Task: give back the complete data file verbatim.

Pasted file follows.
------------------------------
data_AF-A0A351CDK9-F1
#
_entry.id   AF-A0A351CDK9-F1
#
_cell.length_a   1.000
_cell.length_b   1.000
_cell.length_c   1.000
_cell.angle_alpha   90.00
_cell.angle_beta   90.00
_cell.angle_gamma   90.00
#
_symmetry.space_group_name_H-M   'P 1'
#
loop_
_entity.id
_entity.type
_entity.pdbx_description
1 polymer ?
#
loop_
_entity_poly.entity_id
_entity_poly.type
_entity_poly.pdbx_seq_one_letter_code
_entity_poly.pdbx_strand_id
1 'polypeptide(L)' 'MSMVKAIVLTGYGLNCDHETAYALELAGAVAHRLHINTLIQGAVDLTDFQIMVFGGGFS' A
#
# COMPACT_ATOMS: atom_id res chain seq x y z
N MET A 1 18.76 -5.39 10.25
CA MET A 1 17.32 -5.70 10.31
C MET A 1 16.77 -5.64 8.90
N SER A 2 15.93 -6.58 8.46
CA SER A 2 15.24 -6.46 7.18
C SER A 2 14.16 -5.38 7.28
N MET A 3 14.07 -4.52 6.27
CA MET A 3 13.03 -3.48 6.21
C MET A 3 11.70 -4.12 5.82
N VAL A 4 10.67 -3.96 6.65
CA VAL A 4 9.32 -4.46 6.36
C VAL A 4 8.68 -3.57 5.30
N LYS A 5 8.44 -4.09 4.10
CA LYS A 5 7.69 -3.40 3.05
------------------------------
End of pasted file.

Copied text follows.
data_AF-A0A351CDK9-F1
#
_entry.id   AF-A0A351CDK9-F1
#
_cell.length_a   1.000
_cell.length_b   1.000
_cell.length_c   1.000
_cell.angle_alpha   90.00
_cell.angle_beta   90.00
_cell.angle_gamma   90.00
#
_symmetry.space_group_name_H-M   'P 1'
#
loop_
_entity.id
_entity.type
_entity.pdbx_description
1 polymer ?
#
loop_
_entity_poly.entity_id
_entity_poly.type
_entity_poly.pdbx_seq_one_letter_code
_entity_poly.pdbx_strand_id
1 'polypeptide(L)' 'MSMVKAIVLTGYGLNCDHETAYALELAGAVAHRLHINTLIQGAVDLTDFQIMVFGGGFS' A
#
# COMPACT_ATOMS: atom_id res chain seq x y z
N MET A 1 18.76 -5.39 10.25
CA MET A 1 17.32 -5.70 10.31
C MET A 1 16.77 -5.64 8.90
N SER A 2 15.93 -6.58 8.46
CA SER A 2 15.24 -6.46 7.18
C SER A 2 14.16 -5.38 7.28
N MET A 3 14.07 -4.52 6.27
CA MET A 3 13.03 -3.48 6.21
C MET A 3 11.70 -4.12 5.82
N VAL A 4 10.67 -3.96 6.65
CA VAL A 4 9.32 -4.46 6.36
C VAL A 4 8.68 -3.57 5.30
N LYS A 5 8.44 -4.09 4.10
CA LYS A 5 7.69 -3.40 3.05